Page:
The nanny state has issued various pieces of legislation and guidance that suggests that children should be treated like an unexploded bomb; wrapped in lots of cotton wool and handled with care, if at all!
Schools and organisations that deal with children have responded to the responsibility of keeping children safe by stopping them doing all those fun things they used to do. It’s time to look at things in a way that allows children to be children – and trains them to become sensible adults.
• Children are not yet competent in most things, therefore they need additional supervision, but they’ll never become competent if they don’t get the opportunity to learn.
• The adult’s role is to provide information, instruction, training and supervision; this is how children learn to cross the road – you don’t just stop them ever crossing a road.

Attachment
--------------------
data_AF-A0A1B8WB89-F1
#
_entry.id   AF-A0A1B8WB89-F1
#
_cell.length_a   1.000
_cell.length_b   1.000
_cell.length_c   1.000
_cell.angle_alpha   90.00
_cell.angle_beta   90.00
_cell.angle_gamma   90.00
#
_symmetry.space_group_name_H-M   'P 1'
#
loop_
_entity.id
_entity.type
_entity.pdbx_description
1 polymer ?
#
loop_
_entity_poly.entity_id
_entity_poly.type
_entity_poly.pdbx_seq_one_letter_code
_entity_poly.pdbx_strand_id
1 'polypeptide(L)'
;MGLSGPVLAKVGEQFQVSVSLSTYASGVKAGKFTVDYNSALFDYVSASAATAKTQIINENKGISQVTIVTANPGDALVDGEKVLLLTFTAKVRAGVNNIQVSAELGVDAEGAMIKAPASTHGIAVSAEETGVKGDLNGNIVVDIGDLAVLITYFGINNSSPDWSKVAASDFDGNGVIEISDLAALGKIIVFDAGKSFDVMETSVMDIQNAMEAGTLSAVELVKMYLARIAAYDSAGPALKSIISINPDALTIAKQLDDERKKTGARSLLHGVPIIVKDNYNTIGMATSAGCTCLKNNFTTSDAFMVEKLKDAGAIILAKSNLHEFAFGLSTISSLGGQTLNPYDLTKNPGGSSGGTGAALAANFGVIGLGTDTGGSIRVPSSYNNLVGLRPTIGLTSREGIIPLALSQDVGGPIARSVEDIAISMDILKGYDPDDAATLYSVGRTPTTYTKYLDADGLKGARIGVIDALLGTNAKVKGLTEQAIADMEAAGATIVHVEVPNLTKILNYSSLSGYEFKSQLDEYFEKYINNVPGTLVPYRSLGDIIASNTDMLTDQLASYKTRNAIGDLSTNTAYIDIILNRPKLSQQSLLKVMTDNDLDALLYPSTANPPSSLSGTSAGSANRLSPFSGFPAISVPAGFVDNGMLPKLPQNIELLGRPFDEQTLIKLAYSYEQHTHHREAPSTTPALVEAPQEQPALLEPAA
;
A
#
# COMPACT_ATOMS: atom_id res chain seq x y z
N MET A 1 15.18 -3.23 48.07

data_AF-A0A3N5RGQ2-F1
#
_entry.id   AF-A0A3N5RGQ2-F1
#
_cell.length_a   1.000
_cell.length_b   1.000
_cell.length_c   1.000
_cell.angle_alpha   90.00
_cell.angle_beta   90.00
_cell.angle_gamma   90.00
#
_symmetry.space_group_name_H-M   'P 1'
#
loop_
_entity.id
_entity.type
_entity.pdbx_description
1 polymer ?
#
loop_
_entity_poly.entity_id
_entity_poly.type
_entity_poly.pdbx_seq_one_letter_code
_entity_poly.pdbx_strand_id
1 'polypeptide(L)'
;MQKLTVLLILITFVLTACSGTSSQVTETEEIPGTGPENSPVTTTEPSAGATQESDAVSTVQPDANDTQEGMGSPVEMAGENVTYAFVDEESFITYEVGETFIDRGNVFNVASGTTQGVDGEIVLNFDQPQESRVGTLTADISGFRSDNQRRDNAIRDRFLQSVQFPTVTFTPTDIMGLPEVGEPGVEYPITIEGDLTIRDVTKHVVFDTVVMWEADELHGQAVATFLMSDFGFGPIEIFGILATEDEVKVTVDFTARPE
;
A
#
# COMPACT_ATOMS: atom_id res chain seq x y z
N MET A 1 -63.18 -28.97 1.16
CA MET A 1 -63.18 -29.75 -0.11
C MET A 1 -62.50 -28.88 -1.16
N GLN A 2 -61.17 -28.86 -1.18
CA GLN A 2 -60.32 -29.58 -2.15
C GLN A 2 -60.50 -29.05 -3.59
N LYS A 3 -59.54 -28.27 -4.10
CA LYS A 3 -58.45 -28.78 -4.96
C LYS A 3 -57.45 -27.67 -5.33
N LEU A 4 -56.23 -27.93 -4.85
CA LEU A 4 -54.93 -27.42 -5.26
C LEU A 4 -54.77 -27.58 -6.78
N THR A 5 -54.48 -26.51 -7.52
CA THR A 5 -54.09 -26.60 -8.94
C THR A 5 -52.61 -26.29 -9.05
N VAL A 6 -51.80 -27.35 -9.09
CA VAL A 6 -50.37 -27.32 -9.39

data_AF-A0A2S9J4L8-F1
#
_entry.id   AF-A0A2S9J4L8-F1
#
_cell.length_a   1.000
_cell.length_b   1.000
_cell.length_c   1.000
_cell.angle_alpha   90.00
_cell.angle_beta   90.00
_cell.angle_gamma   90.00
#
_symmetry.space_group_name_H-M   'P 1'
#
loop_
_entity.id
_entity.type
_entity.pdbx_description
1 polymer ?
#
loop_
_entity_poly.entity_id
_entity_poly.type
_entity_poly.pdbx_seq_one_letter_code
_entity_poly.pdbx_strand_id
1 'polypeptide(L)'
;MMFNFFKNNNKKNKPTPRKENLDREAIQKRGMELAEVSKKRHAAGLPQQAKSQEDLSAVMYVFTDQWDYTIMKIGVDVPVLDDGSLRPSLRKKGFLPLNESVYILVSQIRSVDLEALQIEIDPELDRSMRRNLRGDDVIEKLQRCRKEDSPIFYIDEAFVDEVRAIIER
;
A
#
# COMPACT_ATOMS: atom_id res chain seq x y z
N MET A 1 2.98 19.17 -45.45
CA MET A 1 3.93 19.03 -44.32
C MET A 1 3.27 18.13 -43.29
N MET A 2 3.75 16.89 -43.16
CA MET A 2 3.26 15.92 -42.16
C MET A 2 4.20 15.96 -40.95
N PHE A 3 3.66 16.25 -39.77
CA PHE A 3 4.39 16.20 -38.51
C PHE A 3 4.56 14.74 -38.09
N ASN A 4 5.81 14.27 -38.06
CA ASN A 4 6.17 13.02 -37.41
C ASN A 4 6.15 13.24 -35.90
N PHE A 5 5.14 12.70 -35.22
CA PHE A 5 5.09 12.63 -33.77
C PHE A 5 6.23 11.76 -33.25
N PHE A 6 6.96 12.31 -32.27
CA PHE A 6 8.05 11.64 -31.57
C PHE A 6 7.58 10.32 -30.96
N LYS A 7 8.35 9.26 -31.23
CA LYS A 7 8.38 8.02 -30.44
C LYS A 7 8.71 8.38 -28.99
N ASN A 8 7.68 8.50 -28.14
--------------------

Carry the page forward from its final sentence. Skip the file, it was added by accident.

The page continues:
• Children are a blank sheet and don’t understand risk so they do need educating, but not wrapping in cotton wool.
• If children are not allowed to experience risk, they will not understand it. That can mean that they will not recognise danger when they meet it and may not avoid it.
• Competence improves with age. You wouldn’t let a 2 year old near a kettle, but a 9 year old should be able to make tea safely if you’ve helped them to understand the dangers and the process.
• Children learn by play – even if they get bumps and bruises. Supervision should be as remote as possible, only intervening if there is a real risk of serious injury.
• Intuition play a big role in child safety – ask any mother; don’t ignore the sixth sense as well as using the other five intelligently.
It’s better to prepare children to deal with real life than to protect them from it and leave them unequipped to meet the hazards they will inevitably come up against as adults.